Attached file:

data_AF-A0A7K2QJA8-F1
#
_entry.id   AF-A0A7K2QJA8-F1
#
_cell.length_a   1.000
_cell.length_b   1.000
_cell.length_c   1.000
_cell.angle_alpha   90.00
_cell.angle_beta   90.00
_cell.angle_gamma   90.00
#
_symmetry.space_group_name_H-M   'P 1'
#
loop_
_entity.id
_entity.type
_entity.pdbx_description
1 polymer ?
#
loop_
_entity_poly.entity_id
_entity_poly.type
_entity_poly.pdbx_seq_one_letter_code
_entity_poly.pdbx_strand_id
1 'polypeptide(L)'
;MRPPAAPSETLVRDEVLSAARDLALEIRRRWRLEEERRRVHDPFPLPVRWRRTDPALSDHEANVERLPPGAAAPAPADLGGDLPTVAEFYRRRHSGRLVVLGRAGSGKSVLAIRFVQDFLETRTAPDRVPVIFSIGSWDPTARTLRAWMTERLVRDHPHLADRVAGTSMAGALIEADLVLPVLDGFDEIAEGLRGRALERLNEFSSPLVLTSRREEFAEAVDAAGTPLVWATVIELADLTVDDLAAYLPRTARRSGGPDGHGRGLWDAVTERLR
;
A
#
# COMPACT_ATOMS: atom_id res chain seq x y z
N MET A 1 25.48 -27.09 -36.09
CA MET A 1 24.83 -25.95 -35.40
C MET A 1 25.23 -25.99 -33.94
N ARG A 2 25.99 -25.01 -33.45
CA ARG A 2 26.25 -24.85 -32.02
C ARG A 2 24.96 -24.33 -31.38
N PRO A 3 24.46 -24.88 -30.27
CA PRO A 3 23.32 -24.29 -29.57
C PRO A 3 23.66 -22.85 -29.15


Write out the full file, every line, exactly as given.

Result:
data_AF-A0A7K2QJA8-F1
#
_entry.id   AF-A0A7K2QJA8-F1
#
_cell.length_a   1.000
_cell.length_b   1.000
_cell.length_c   1.000
_cell.angle_alpha   90.00
_cell.angle_beta   90.00
_cell.angle_gamma   90.00
#
_symmetry.space_group_name_H-M   'P 1'
#
loop_
_entity.id
_entity.type
_entity.pdbx_description
1 polymer ?
#
loop_
_entity_poly.entity_id
_entity_poly.type
_entity_poly.pdbx_seq_one_letter_code
_entity_poly.pdbx_strand_id
1 'polypeptide(L)'
;MRPPAAPSETLVRDEVLSAARDLALEIRRRWRLEEERRRVHDPFPLPVRWRRTDPALSDHEANVERLPPGAAAPAPADLGGDLPTVAEFYRRRHSGRLVVLGRAGSGKSVLAIRFVQDFLETRTAPDRVPVIFSIGSWDPTARTLRAWMTERLVRDHPHLADRVAGTSMAGALIEADLVLPVLDGFDEIAEGLRGRALERLNEFSSPLVLTSRREEFAEAVDAAGTPLVWATVIELADLTVDDLAAYLPRTARRSGGPDGHGRGLWDAVTERLR
;
A
#
# COMPACT_ATOMS: atom_id res chain seq x y z
N MET A 1 25.48 -27.09 -36.09
CA MET A 1 24.83 -25.95 -35.40
C MET A 1 25.23 -25.99 -33.94
N ARG A 2 25.99 -25.01 -33.45
CA ARG A 2 26.25 -24.85 -32.02
C ARG A 2 24.96 -24.33 -31.38
N PRO A 3 24.46 -24.88 -30.27
CA PRO A 3 23.32 -24.29 -29.57
C PRO A 3 23.66 -22.85 -29.15